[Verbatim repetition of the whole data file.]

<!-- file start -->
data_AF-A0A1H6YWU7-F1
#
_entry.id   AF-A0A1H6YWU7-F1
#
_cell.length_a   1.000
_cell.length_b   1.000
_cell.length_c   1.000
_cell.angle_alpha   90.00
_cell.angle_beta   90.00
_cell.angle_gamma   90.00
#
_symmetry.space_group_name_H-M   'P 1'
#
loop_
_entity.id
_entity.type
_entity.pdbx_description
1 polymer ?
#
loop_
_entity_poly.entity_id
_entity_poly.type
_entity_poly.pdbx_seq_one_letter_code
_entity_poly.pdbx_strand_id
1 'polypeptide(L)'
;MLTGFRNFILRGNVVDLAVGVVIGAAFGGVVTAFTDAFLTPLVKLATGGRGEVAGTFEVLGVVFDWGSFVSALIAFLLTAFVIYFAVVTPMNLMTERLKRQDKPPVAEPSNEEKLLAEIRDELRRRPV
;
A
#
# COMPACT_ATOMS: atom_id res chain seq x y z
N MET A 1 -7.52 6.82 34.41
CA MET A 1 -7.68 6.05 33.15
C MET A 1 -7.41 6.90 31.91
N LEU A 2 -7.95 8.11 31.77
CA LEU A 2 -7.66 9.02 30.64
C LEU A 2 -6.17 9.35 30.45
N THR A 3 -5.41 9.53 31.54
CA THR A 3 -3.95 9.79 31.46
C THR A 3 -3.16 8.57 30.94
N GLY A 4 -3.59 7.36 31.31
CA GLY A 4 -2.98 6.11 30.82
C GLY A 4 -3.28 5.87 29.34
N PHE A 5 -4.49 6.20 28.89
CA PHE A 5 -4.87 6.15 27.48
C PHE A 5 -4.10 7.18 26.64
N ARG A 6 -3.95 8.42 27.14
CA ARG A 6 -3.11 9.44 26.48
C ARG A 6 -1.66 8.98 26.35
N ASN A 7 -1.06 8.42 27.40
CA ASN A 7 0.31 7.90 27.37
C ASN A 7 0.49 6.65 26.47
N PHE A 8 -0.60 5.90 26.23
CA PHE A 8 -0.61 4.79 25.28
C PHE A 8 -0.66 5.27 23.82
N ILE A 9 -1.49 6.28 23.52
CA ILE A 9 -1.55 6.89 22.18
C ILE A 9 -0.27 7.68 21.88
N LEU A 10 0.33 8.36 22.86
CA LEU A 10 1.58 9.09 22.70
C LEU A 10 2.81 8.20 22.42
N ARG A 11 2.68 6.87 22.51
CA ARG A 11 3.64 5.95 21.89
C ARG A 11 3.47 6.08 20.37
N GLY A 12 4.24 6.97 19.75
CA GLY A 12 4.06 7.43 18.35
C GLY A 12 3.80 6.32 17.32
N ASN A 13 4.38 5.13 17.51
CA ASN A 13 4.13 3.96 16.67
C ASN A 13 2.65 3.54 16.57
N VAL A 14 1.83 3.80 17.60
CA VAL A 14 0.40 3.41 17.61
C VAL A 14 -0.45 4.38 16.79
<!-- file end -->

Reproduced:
data_AF-A0A1H6YWU7-F1
#
_entry.id   AF-A0A1H6YWU7-F1
#
_cell.length_a   1.000
_cell.length_b   1.000
_cell.length_c   1.000
_cell.angle_alpha   90.00
_cell.angle_beta   90.00
_cell.angle_gamma   90.00
#
_symmetry.space_group_name_H-M   'P 1'
#
loop_
_entity.id
_entity.type
_entity.pdbx_description
1 polymer ?
#
loop_
_entity_poly.entity_id
_entity_poly.type
_entity_poly.pdbx_seq_one_letter_code
_entity_poly.pdbx_strand_id
1 'polypeptide(L)'
;MLTGFRNFILRGNVVDLAVGVVIGAAFGGVVTAFTDAFLTPLVKLATGGRGEVAGTFEVLGVVFDWGSFVSALIAFLLTAFVIYFAVVTPMNLMTERLKRQDKPPVAEPSNEEKLLAEIRDELRRRPV
;
A
#
# COMPACT_ATOMS: atom_id res chain seq x y z
N MET A 1 -7.52 6.82 34.41
CA MET A 1 -7.68 6.05 33.15
C MET A 1 -7.41 6.90 31.91
N LEU A 2 -7.95 8.11 31.77
CA LEU A 2 -7.66 9.02 30.64
C LEU A 2 -6.17 9.35 30.45
N THR A 3 -5.41 9.53 31.54
CA THR A 3 -3.95 9.79 31.46
C THR A 3 -3.16 8.57 30.94
N GLY A 4 -3.59 7.36 31.31
CA GLY A 4 -2.98 6.11 30.82
C GLY A 4 -3.28 5.87 29.34
N PHE A 5 -4.49 6.20 28.89
CA PHE A 5 -4.87 6.15 27.48
C PHE A 5 -4.10 7.18 26.64
N ARG A 6 -3.95 8.42 27.14
CA ARG A 6 -3.11 9.44 26.48
C ARG A 6 -1.66 8.98 26.35
N ASN A 7 -1.06 8.42 27.40
CA ASN A 7 0.31 7.90 27.37
C ASN A 7 0.49 6.65 26.47
N PHE A 8 -0.60 5.90 26.23
CA PHE A 8 -0.61 4.79 25.28
C PHE A 8 -0.66 5.27 23.82
N ILE A 9 -1.49 6.28 23.52
CA ILE A 9 -1.55 6.89 22.18
C ILE A 9 -0.27 7.68 21.88
N LEU A 10 0.33 8.36 22.86
CA LEU A 10 1.58 9.09 22.70
C LEU A 10 2.81 8.20 22.42
N ARG A 11 2.68 6.87 22.51
CA ARG A 11 3.64 5.95 21.89
C ARG A 11 3.47 6.08 20.37
N GLY A 12 4.24 6.97 19.75
CA GLY A 12 4.06 7.43 18.35
C GLY A 12 3.80 6.32 17.32
N ASN A 13 4.38 5.13 17.51
CA ASN A 13 4.13 3.96 16.67
C ASN A 13 2.65 3.54 16.57
N VAL A 14 1.83 3.80 17.60
CA VAL A 14 0.40 3.41 17.61
C VAL A 14 -0.45 4.38 16.79